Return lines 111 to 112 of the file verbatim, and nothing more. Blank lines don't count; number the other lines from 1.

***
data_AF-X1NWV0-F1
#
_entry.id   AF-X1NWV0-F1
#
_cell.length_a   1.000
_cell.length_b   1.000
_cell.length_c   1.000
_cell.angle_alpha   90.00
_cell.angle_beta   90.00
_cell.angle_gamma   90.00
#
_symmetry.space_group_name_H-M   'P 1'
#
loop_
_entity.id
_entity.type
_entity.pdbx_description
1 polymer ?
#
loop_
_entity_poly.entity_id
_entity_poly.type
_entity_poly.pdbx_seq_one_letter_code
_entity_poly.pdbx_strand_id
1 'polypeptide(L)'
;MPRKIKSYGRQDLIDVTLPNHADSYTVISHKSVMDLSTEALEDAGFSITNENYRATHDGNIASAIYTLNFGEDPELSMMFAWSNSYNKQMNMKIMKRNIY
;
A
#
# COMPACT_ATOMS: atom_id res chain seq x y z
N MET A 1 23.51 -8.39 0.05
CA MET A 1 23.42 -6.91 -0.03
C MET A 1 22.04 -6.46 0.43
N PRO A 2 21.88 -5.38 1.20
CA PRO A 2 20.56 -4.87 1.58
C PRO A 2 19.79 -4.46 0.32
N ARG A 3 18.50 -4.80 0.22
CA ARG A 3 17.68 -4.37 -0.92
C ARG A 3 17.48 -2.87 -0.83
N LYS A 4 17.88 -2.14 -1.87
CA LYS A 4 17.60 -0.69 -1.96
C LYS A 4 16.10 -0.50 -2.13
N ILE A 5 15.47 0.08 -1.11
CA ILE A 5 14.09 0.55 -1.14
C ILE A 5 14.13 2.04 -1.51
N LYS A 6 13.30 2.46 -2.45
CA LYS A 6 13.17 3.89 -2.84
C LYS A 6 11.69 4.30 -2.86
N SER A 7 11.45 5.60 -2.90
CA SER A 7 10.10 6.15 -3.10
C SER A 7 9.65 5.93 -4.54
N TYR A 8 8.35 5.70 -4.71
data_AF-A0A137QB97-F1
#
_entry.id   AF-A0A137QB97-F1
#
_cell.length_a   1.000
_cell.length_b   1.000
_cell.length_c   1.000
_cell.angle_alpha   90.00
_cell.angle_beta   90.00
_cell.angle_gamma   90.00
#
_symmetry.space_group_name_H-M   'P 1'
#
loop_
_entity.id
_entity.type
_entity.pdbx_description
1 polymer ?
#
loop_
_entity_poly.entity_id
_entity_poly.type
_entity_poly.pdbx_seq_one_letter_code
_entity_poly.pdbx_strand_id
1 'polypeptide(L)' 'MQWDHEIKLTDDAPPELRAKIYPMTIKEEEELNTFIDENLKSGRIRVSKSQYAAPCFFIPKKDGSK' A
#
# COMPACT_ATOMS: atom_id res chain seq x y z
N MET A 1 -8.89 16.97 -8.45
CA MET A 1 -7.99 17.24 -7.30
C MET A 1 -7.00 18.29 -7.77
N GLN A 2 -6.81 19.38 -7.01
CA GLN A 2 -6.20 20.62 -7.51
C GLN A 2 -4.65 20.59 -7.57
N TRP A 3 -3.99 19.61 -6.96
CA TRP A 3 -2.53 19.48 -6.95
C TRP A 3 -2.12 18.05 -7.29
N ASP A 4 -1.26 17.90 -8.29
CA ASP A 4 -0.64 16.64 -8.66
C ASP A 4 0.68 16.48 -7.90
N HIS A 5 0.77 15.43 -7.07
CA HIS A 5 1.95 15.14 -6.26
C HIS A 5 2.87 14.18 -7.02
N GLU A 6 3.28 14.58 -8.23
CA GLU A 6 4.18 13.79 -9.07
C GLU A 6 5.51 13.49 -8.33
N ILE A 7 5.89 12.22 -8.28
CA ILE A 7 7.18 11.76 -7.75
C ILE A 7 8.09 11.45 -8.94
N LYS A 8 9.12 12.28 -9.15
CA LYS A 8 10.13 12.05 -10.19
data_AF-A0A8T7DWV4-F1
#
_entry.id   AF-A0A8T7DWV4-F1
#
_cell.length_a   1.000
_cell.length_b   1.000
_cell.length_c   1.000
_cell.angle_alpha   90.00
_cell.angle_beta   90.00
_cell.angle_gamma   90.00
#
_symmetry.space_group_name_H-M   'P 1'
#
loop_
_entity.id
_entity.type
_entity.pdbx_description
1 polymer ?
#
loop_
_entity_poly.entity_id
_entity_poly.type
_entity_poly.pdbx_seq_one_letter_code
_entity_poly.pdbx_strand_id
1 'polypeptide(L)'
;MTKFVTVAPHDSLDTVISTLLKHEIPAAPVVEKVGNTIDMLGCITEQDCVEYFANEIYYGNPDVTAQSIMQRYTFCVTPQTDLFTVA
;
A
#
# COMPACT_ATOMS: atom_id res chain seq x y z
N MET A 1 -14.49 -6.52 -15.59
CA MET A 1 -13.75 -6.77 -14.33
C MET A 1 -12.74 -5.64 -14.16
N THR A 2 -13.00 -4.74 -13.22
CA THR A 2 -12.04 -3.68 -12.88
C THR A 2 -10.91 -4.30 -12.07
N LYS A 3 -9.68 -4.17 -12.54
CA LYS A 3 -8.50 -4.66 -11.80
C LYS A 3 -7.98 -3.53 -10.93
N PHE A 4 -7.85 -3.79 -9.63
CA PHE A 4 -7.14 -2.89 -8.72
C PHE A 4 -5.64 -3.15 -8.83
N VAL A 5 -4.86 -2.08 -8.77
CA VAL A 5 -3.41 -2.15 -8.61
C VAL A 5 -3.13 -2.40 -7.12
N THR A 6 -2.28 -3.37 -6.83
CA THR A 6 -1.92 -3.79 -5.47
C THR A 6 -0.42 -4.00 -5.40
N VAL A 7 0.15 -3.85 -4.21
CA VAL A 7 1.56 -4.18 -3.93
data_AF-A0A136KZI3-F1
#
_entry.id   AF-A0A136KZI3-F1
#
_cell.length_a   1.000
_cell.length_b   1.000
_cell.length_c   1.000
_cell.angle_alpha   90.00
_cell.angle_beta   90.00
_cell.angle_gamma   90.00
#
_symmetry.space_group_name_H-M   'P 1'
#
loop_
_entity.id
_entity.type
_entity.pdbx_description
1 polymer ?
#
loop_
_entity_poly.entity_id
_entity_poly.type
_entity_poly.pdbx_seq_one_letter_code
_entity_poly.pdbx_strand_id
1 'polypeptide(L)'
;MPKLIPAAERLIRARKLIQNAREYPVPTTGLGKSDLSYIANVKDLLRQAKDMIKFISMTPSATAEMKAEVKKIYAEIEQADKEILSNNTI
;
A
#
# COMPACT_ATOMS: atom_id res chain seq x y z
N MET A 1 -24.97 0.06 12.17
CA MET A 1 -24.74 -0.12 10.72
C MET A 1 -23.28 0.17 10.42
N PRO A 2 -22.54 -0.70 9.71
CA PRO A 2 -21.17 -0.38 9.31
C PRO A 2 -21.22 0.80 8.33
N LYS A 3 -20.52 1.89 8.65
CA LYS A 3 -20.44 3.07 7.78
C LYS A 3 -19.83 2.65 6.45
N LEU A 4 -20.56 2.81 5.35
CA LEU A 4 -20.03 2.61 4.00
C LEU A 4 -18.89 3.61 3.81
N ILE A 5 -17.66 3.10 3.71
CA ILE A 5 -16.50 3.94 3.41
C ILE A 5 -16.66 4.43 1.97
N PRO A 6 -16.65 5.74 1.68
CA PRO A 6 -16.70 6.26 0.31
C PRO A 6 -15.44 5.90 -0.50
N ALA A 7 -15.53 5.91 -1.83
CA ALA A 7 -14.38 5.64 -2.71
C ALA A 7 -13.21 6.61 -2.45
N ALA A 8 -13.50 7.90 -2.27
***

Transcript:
_cell.angle_beta   90.00
_cell.angle_gamma   90.00